Trencher VS. tommy

Eliminating all of the manual labor involved with installing fabric in the soil cuts in half the time and effort normally involved. Minimizing the volume of materials to be man-handled also improves efficiency. These factors all improve the morale of the crew, which has significant benefits to management and customers.

In simultaneous, apples to apples races between the tommy and the different types of trenchers, the tommy literally ran a circle around them while installing 400 feet of fabric in less time than the trenchers installed 200 feet in an easy, straight run.

silt fence installation measured in minutes

The tommy installed 400 feet of finished fence in 10 minutes, with only a two-man crew. That computes to 1200 feet per man-hour. The best trencher installation was 200 feet in 12 minutes, or 500 feet per man-hour, with trenching more than 50% slower than slicing.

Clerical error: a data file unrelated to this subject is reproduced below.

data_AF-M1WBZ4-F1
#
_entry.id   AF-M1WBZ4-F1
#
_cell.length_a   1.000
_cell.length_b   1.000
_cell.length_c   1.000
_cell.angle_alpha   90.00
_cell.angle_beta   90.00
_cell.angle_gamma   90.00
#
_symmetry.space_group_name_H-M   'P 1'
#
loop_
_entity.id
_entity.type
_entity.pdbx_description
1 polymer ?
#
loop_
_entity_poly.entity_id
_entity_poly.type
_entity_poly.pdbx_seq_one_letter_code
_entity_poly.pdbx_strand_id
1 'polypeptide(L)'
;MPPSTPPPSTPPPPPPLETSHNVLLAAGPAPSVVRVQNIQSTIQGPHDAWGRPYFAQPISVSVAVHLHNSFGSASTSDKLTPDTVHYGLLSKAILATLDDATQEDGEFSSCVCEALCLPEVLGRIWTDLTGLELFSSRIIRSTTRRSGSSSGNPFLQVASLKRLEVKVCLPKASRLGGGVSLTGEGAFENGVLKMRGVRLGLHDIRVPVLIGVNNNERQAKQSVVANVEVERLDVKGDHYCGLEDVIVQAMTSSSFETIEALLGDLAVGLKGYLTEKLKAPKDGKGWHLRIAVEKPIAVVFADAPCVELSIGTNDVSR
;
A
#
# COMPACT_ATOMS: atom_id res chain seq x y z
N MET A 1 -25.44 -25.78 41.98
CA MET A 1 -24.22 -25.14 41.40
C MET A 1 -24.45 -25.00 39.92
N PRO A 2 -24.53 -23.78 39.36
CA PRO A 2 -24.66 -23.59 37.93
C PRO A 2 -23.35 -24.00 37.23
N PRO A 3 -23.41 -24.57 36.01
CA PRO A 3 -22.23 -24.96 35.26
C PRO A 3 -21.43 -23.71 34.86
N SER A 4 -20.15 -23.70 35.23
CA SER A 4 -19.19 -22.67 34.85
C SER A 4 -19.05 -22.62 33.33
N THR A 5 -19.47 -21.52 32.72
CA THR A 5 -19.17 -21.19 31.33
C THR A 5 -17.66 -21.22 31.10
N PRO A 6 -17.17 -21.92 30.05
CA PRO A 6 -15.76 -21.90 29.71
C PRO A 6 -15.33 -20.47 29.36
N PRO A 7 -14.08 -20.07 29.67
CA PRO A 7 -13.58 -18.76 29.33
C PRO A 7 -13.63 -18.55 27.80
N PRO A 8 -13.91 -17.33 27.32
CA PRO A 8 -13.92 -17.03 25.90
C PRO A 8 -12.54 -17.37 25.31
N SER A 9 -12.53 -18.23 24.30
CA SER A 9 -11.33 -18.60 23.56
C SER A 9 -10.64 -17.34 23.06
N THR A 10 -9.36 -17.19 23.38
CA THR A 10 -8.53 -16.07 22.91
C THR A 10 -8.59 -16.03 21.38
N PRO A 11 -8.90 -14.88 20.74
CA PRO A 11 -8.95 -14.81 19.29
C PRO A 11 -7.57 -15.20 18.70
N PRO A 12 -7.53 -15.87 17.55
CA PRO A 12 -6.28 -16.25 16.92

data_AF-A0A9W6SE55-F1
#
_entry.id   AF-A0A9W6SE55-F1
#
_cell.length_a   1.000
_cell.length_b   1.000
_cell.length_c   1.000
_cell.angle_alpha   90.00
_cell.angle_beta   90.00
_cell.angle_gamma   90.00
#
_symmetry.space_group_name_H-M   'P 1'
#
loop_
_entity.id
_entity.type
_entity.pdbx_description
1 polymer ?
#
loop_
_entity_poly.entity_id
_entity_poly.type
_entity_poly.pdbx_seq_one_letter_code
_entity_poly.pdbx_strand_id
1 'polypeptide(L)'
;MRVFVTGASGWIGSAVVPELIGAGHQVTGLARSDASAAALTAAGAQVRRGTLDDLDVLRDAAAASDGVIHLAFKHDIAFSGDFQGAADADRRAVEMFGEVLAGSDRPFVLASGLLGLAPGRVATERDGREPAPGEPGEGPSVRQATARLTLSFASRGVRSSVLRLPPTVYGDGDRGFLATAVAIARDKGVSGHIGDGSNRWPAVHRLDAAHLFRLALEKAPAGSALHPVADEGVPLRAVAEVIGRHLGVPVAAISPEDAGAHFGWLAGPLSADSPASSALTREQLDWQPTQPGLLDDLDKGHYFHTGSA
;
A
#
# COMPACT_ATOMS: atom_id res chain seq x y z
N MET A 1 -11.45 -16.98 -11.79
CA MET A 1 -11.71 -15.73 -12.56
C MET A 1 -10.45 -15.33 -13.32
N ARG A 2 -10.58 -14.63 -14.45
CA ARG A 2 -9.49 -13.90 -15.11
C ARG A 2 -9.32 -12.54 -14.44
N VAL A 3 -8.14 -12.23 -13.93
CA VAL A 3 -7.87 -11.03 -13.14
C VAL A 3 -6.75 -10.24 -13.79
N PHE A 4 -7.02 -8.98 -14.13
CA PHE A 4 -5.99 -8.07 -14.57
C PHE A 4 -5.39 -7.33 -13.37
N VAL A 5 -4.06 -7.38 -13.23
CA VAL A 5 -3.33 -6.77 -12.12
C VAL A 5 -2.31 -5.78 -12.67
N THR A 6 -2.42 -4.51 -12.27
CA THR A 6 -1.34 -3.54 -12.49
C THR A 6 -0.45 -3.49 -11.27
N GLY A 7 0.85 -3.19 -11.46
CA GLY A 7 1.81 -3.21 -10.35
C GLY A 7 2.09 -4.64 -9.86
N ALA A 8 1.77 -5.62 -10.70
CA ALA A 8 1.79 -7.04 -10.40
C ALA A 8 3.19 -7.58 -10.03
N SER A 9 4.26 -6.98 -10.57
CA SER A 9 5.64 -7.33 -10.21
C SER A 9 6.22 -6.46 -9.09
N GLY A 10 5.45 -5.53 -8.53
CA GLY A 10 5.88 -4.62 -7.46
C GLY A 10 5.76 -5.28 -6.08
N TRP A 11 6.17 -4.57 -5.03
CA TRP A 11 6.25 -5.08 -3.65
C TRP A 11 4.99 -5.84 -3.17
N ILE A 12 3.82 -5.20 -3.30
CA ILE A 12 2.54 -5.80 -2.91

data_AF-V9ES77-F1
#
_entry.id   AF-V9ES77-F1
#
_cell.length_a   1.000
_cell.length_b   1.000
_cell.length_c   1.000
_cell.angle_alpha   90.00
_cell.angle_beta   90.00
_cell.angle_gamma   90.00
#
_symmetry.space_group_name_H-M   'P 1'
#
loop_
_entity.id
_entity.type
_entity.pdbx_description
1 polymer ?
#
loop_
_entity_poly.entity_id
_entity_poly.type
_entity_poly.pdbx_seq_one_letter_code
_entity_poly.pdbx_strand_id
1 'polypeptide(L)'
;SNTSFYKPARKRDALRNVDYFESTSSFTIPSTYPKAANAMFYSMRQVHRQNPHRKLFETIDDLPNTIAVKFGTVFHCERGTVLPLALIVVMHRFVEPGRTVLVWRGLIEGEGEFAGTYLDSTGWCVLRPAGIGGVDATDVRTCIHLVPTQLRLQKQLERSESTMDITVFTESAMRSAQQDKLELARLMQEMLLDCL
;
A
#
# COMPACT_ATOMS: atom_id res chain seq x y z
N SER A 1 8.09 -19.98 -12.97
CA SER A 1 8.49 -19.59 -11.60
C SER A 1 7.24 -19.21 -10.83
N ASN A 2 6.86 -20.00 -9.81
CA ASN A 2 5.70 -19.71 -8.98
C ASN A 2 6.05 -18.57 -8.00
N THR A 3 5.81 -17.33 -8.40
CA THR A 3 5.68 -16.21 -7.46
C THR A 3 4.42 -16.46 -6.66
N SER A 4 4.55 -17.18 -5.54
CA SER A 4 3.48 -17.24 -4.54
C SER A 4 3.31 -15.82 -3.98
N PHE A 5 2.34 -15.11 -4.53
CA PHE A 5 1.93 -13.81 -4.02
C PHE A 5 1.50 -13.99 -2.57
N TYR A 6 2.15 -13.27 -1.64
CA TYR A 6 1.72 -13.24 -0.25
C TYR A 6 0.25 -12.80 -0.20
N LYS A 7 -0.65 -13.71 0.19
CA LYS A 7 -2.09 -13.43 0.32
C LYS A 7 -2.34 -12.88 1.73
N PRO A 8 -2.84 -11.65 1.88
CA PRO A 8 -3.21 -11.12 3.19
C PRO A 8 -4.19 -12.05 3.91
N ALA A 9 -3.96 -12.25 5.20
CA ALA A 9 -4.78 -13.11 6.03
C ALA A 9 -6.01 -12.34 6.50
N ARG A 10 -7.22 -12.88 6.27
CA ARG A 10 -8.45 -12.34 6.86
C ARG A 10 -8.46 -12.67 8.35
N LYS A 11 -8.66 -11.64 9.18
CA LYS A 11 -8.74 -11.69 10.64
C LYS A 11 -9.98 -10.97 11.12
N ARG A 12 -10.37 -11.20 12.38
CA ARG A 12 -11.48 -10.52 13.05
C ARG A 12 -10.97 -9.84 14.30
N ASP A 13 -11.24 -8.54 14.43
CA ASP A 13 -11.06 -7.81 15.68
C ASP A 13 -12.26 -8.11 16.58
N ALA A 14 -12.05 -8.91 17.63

A person might argue that the trencher is more efficient with more laborers––that more laborers inherently make the trenching operation efficient. But it's not true. It just takes a lot of time to excavate tons of soil, man-handle a multitude of bulky material, and then backfill properly, which doesn't even account for many conditions where the trencher can't manuever or operate. Additionally, 1) who wants to hire more laborers and their related problems when they can use a machine, and 2) an extra man would make the tommy even more efficient––significantly more so than one would to a trencher.

Silt Fence Installation - feet per man hours